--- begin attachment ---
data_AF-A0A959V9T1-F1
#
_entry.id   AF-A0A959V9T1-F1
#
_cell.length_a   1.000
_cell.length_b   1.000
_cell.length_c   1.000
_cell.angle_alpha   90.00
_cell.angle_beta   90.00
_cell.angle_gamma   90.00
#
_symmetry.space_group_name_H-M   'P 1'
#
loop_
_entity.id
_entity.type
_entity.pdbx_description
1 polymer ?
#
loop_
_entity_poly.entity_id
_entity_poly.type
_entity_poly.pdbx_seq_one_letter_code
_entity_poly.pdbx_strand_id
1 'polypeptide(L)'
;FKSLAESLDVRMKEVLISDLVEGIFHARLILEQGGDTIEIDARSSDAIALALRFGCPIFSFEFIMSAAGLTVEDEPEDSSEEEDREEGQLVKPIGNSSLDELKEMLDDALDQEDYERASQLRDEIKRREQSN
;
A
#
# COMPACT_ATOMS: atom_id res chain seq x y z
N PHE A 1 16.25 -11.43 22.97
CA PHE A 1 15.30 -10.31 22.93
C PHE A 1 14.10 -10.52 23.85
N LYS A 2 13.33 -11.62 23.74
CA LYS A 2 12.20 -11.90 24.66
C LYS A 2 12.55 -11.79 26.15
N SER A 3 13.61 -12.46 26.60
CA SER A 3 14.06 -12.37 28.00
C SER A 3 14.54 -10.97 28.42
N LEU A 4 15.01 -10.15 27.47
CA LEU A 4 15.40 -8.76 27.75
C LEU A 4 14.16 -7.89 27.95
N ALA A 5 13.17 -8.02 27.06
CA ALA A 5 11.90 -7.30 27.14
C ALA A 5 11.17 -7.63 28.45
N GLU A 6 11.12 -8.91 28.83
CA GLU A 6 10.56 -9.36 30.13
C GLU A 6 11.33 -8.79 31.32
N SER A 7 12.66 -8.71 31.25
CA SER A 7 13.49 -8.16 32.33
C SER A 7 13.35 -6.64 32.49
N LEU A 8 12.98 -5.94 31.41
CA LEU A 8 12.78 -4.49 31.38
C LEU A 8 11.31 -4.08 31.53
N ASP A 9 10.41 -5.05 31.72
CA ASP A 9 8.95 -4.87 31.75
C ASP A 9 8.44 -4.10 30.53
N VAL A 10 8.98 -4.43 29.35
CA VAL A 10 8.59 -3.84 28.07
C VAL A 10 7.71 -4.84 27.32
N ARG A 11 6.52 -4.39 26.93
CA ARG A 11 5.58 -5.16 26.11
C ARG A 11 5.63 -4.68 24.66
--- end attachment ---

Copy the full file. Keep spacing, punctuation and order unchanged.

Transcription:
data_AF-A0A959V9T1-F1
#
_entry.id   AF-A0A959V9T1-F1
#
_cell.length_a   1.000
_cell.length_b   1.000
_cell.length_c   1.000
_cell.angle_alpha   90.00
_cell.angle_beta   90.00
_cell.angle_gamma   90.00
#
_symmetry.space_group_name_H-M   'P 1'
#
loop_
_entity.id
_entity.type
_entity.pdbx_description
1 polymer ?
#
loop_
_entity_poly.entity_id
_entity_poly.type
_entity_poly.pdbx_seq_one_letter_code
_entity_poly.pdbx_strand_id
1 'polypeptide(L)'
;FKSLAESLDVRMKEVLISDLVEGIFHARLILEQGGDTIEIDARSSDAIALALRFGCPIFSFEFIMSAAGLTVEDEPEDSSEEEDREEGQLVKPIGNSSLDELKEMLDDALDQEDYERASQLRDEIKRREQSN
;
A
#
# COMPACT_ATOMS: atom_id res chain seq x y z
N PHE A 1 16.25 -11.43 22.97
CA PHE A 1 15.30 -10.31 22.93
C PHE A 1 14.10 -10.52 23.85
N LYS A 2 13.33 -11.62 23.74
CA LYS A 2 12.20 -11.90 24.66
C LYS A 2 12.55 -11.79 26.15
N SER A 3 13.61 -12.46 26.60
CA SER A 3 14.06 -12.37 28.00
C SER A 3 14.54 -10.97 28.42
N LEU A 4 15.01 -10.15 27.47
CA LEU A 4 15.40 -8.76 27.75
C LEU A 4 14.16 -7.89 27.95
N ALA A 5 13.17 -8.02 27.06
CA ALA A 5 11.90 -7.30 27.14
C ALA A 5 11.17 -7.63 28.45
N GLU A 6 11.12 -8.91 28.83
CA GLU A 6 10.56 -9.36 30.13
C GLU A 6 11.33 -8.79 31.32
N SER A 7 12.66 -8.71 31.25
CA SER A 7 13.49 -8.16 32.33
C SER A 7 13.35 -6.64 32.49
N LEU A 8 12.98 -5.94 31.41
CA LEU A 8 12.78 -4.49 31.38
C LEU A 8 11.31 -4.08 31.53
N ASP A 9 10.41 -5.05 31.72
CA ASP A 9 8.95 -4.87 31.75
C ASP A 9 8.44 -4.10 30.53
N VAL A 10 8.98 -4.43 29.35
CA VAL A 10 8.59 -3.84 28.07
C VAL A 10 7.71 -4.84 27.32
N ARG A 11 6.52 -4.39 26.93
CA ARG A 11 5.58 -5.16 26.11
C ARG A 11 5.63 -4.68 24.66